Bob Lien – Color of Sky

Singer/songwriter Bob Lien has bounced around a fair amount in his life, but the Minnesota native has learned much from his travels. The fifteen song effort entitled Color of Sky functions as a musical diary of sorts chronicling, for interested listeners, where he is at this point in his life.

He handled the writing chores for each of the songs and, as a result, the personality emerging from these songs has a distinctive, wild card quality reaching far beyond the usual cookie cutter offerings from middle aged folkies.

The stunning mix of classical elements with Lien’s highly finessed, but direct, instrumental attack gives the collection an unexpectedly cinematic quality. Color of Sky is a miraculous work, in many respects, because it plumbs deep into its creator’s soul without sacrificing even a second of entertainment in favor of his confession.

The title track opens things demonstrating that sensitivity and musicality that makes the album such a solid success. The melodic virtues of his folk music presentation with added strings are stronger than what novice listeners might expect, but they will be pleasantly surprised.

The album’s second song, What I Ask To Receive, is another profoundly personal outing with aching sensitivity highlighted by his customary attentiveness to melody and construction. One of Color of Sky’s strongest qualities, without question, is the solid fundamentals buttressing each song in a way not commonly heard on such work. It allows Lien that latitude he needs to pursue his distinctive stylistic flourishes, namely even attempting to bring classical elements together with folk rock sounds in such a full bodied way.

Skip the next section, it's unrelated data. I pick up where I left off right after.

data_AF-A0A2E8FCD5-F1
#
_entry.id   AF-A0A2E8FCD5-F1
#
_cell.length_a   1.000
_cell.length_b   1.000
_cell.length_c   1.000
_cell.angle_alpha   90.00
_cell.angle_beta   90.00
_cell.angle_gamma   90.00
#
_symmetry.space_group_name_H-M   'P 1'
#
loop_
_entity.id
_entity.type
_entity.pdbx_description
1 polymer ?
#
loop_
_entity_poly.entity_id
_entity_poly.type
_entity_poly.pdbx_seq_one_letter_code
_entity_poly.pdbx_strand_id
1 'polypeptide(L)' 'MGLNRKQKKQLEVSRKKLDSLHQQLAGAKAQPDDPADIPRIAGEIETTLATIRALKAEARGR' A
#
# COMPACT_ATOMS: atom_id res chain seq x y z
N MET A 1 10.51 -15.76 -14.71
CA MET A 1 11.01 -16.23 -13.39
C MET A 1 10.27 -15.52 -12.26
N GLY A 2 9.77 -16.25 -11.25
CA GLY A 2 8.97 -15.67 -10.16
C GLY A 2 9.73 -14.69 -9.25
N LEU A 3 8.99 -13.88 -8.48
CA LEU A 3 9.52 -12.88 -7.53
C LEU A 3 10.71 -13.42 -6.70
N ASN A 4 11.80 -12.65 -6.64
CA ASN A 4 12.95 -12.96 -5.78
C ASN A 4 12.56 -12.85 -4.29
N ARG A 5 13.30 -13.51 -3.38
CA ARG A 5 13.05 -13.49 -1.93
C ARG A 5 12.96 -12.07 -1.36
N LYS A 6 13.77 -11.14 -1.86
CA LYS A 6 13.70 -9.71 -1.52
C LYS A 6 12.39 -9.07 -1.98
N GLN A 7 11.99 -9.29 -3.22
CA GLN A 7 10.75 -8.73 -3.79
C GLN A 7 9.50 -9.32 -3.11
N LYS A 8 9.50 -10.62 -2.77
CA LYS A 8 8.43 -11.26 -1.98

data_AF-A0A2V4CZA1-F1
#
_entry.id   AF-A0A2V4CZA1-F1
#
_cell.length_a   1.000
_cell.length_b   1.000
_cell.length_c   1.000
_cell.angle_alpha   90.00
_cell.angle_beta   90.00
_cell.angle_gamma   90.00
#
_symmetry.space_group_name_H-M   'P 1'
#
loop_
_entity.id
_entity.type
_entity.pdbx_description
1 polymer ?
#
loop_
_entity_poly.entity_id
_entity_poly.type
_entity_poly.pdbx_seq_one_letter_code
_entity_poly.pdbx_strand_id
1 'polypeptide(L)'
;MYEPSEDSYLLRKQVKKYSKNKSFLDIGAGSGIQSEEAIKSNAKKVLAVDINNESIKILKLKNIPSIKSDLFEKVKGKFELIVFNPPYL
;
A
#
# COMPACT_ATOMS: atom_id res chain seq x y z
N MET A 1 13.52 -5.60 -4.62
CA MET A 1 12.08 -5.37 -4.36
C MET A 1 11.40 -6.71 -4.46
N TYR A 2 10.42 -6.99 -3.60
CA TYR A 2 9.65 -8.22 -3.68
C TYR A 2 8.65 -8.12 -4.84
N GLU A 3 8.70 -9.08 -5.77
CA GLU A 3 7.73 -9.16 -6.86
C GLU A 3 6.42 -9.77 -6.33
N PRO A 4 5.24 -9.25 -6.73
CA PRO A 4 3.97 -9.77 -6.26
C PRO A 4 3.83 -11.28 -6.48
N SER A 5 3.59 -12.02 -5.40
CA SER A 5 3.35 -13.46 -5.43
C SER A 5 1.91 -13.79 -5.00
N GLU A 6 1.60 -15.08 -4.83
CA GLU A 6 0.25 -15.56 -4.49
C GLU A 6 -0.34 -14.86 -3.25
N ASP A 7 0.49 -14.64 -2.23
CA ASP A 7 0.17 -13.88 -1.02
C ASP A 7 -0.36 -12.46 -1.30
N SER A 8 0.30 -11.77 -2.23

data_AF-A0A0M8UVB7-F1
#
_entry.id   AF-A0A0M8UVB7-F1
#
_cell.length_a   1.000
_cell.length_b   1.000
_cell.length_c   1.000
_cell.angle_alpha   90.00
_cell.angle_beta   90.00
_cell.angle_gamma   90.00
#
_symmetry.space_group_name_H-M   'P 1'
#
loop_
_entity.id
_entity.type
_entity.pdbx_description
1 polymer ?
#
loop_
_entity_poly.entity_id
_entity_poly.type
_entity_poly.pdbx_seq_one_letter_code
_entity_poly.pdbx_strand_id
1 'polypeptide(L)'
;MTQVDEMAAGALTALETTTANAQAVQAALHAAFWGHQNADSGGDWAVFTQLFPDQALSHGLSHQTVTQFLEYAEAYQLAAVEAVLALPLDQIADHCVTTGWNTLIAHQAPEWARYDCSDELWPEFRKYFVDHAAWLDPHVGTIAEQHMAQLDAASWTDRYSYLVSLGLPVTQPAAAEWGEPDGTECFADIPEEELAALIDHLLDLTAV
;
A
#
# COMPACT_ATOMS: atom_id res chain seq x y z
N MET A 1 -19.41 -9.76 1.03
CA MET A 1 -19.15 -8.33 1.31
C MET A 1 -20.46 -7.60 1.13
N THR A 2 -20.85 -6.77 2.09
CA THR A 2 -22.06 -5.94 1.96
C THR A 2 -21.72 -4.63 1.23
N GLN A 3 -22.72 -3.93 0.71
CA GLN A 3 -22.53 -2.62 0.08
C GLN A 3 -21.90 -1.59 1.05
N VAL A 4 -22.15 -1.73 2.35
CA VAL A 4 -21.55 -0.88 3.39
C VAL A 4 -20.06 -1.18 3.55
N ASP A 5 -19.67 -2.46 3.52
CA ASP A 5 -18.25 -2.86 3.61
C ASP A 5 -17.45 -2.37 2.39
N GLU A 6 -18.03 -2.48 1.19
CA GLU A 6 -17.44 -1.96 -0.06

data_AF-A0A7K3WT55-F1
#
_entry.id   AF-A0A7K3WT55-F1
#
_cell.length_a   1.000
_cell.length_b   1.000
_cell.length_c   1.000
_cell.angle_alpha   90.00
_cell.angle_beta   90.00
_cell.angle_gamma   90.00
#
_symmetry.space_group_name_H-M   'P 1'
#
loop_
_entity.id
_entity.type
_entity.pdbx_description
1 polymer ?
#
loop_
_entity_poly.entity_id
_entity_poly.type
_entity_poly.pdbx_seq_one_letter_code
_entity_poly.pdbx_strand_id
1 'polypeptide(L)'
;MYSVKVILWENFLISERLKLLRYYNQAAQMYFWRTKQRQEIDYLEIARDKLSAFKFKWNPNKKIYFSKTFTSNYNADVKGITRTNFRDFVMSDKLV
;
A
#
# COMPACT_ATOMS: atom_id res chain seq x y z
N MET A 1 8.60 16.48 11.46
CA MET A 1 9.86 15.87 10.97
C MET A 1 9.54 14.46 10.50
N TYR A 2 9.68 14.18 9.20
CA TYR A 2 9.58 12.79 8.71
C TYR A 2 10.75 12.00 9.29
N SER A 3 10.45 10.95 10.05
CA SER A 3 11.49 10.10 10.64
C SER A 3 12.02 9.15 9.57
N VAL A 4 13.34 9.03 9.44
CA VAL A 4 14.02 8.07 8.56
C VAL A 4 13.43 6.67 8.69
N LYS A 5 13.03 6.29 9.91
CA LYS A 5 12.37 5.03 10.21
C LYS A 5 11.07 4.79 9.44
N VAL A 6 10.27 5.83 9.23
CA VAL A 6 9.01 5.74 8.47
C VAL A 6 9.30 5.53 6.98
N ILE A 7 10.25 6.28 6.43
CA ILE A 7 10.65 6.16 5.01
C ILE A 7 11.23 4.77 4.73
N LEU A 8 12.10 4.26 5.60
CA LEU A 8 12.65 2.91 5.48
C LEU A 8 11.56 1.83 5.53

Every Road has a little more of a foreboding air than listeners have encountered on the album’s first two tracks, but it isn’t outright darkness. Instead, there’s a rugged voice emerging from songs like this that speaks to struggle, but ultimately, it speaks just as much to our ability to outlast disaster long enough to earn a moment of reflection about it. It isn’t presented in a heavy handed way whatsoever and Cyrus Rhodes’ production does an excellent job of giving Lien a forum for his explorations.

Open Up The Windows has a wonderfully clearing effect not entirely separate from its content. This is a song about, in essence, starting over and while there is a darker undercurrent supporting it musically, the song embraces survival over surrender. There’s even an exultant edge to Lien’s vocal implying his own slightly incredulous joy at having made it this far.

Til You Kissed Me has an unusual approach – it’s highly deliberate and plays with the arrangement a great deal. What opens as a plodding, scarcely melodic performance piece soon adopts a lot of melody, colorful string and cello work, and highly appropriate accompaniment from Lien’s band.

Color of Sky finishes up with Lullaby which, as its title implies, is one of the album’s more pronounced melodic moments. Lien builds this song with patience and his careful construction rewards listeners with the best possible ending to a memorable album.

9 out of 10 stars.

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